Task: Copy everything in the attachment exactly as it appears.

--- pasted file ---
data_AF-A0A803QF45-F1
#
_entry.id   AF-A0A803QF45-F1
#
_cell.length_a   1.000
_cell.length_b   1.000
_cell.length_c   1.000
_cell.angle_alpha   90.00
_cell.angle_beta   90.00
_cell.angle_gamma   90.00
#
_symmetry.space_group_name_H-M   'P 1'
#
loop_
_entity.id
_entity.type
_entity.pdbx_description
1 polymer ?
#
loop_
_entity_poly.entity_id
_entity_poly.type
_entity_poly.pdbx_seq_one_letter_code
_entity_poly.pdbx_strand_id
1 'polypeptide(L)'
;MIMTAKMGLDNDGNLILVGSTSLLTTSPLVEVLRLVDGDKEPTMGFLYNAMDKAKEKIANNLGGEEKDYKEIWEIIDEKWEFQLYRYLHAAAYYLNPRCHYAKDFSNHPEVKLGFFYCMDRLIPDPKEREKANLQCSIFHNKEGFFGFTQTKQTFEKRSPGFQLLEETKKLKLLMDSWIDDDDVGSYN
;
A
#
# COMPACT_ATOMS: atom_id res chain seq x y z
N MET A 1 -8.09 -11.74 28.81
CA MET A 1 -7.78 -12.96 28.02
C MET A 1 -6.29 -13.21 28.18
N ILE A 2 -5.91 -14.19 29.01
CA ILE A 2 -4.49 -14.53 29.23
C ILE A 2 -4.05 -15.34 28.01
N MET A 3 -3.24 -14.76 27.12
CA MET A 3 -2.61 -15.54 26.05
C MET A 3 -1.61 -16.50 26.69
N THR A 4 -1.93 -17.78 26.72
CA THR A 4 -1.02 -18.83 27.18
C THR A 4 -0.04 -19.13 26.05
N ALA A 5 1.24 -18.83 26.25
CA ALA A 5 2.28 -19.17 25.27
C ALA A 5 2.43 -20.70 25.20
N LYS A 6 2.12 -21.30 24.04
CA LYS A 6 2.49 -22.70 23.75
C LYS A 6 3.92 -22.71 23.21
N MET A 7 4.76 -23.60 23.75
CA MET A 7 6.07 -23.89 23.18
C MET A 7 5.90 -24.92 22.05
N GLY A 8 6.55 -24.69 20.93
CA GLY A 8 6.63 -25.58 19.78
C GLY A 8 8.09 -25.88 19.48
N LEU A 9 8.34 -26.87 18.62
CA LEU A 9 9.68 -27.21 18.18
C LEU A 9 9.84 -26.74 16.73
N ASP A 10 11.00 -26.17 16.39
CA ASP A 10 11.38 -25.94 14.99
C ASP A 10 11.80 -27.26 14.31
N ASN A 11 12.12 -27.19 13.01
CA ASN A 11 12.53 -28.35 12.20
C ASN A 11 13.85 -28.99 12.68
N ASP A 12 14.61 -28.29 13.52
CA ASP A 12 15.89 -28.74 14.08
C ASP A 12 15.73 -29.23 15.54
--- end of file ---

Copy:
data_AF-A0A803QF45-F1
#
_entry.id   AF-A0A803QF45-F1
#
_cell.length_a   1.000
_cell.length_b   1.000
_cell.length_c   1.000
_cell.angle_alpha   90.00
_cell.angle_beta   90.00
_cell.angle_gamma   90.00
#
_symmetry.space_group_name_H-M   'P 1'
#
loop_
_entity.id
_entity.type
_entity.pdbx_description
1 polymer ?
#
loop_
_entity_poly.entity_id
_entity_poly.type
_entity_poly.pdbx_seq_one_letter_code
_entity_poly.pdbx_strand_id
1 'polypeptide(L)'
;MIMTAKMGLDNDGNLILVGSTSLLTTSPLVEVLRLVDGDKEPTMGFLYNAMDKAKEKIANNLGGEEKDYKEIWEIIDEKWEFQLYRYLHAAAYYLNPRCHYAKDFSNHPEVKLGFFYCMDRLIPDPKEREKANLQCSIFHNKEGFFGFTQTKQTFEKRSPGFQLLEETKKLKLLMDSWIDDDDVGSYN
;
A
#
# COMPACT_ATOMS: atom_id res chain seq x y z
N MET A 1 -8.09 -11.74 28.81
CA MET A 1 -7.78 -12.96 28.02
C MET A 1 -6.29 -13.21 28.18
N ILE A 2 -5.91 -14.19 29.01
CA ILE A 2 -4.49 -14.53 29.23
C ILE A 2 -4.05 -15.34 28.01
N MET A 3 -3.24 -14.76 27.12
CA MET A 3 -2.61 -15.54 26.05
C MET A 3 -1.61 -16.50 26.69
N THR A 4 -1.93 -17.78 26.72
CA THR A 4 -1.02 -18.83 27.18
C THR A 4 -0.04 -19.13 26.05
N ALA A 5 1.24 -18.83 26.25
CA ALA A 5 2.28 -19.17 25.27
C ALA A 5 2.43 -20.70 25.20
N LYS A 6 2.12 -21.30 24.04
CA LYS A 6 2.49 -22.70 23.75
C LYS A 6 3.92 -22.71 23.21
N MET A 7 4.76 -23.60 23.75
CA MET A 7 6.07 -23.89 23.18
C MET A 7 5.90 -24.92 22.05
N GLY A 8 6.55 -24.69 20.93
CA GLY A 8 6.63 -25.58 19.78
C GLY A 8 8.09 -25.88 19.48
N LEU A 9 8.34 -26.87 18.62
CA LEU A 9 9.68 -27.21 18.18
C LEU A 9 9.84 -26.74 16.73
N ASP A 10 11.00 -26.17 16.39
CA ASP A 10 11.38 -25.94 14.99
C ASP A 10 11.80 -27.26 14.31
N ASN A 11 12.12 -27.19 13.01
CA ASN A 11 12.53 -28.35 12.20
C ASN A 11 13.85 -28.99 12.68
N ASP A 12 14.61 -28.29 13.52
CA ASP A 12 15.89 -28.74 14.08
C ASP A 12 15.73 -29.23 15.54